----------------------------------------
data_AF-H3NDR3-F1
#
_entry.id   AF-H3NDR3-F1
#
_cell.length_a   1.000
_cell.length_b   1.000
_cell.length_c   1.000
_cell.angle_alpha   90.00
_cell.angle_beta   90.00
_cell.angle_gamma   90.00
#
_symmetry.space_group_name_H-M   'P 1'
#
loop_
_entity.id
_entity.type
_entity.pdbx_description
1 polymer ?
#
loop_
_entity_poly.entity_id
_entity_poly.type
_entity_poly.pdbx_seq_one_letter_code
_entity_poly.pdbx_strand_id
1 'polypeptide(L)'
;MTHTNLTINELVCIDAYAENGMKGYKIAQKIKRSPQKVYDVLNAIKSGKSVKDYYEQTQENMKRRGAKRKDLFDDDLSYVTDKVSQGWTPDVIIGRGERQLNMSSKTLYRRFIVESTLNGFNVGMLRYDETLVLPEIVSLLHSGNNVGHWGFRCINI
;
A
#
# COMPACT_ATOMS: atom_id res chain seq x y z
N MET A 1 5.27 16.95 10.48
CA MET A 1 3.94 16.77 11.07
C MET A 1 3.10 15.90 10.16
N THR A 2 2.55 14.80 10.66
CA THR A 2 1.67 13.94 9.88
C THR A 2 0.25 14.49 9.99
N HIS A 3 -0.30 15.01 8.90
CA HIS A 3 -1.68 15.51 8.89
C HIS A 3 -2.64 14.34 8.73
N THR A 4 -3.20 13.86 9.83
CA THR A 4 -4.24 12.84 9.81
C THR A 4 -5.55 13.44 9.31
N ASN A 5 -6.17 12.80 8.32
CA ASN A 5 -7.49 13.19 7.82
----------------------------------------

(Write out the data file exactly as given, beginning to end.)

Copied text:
data_AF-H3NDR3-F1
#
_entry.id   AF-H3NDR3-F1
#
_cell.length_a   1.000
_cell.length_b   1.000
_cell.length_c   1.000
_cell.angle_alpha   90.00
_cell.angle_beta   90.00
_cell.angle_gamma   90.00
#
_symmetry.space_group_name_H-M   'P 1'
#
loop_
_entity.id
_entity.type
_entity.pdbx_description
1 polymer ?
#
loop_
_entity_poly.entity_id
_entity_poly.type
_entity_poly.pdbx_seq_one_letter_code
_entity_poly.pdbx_strand_id
1 'polypeptide(L)'
;MTHTNLTINELVCIDAYAENGMKGYKIAQKIKRSPQKVYDVLNAIKSGKSVKDYYEQTQENMKRRGAKRKDLFDDDLSYVTDKVSQGWTPDVIIGRGERQLNMSSKTLYRRFIVESTLNGFNVGMLRYDETLVLPEIVSLLHSGNNVGHWGFRCINI
;
A
#
# COMPACT_ATOMS: atom_id res chain seq x y z
N MET A 1 5.27 16.95 10.48
CA MET A 1 3.94 16.77 11.07
C MET A 1 3.10 15.90 10.16
N THR A 2 2.55 14.80 10.66
CA THR A 2 1.67 13.94 9.88
C THR A 2 0.25 14.49 9.99
N HIS A 3 -0.30 15.01 8.90
CA HIS A 3 -1.68 15.51 8.89
C HIS A 3 -2.64 14.34 8.73
N THR A 4 -3.20 13.86 9.83
CA THR A 4 -4.24 12.84 9.81
C THR A 4 -5.55 13.44 9.31
N ASN A 5 -6.17 12.80 8.32
CA ASN A 5 -7.49 13.19 7.82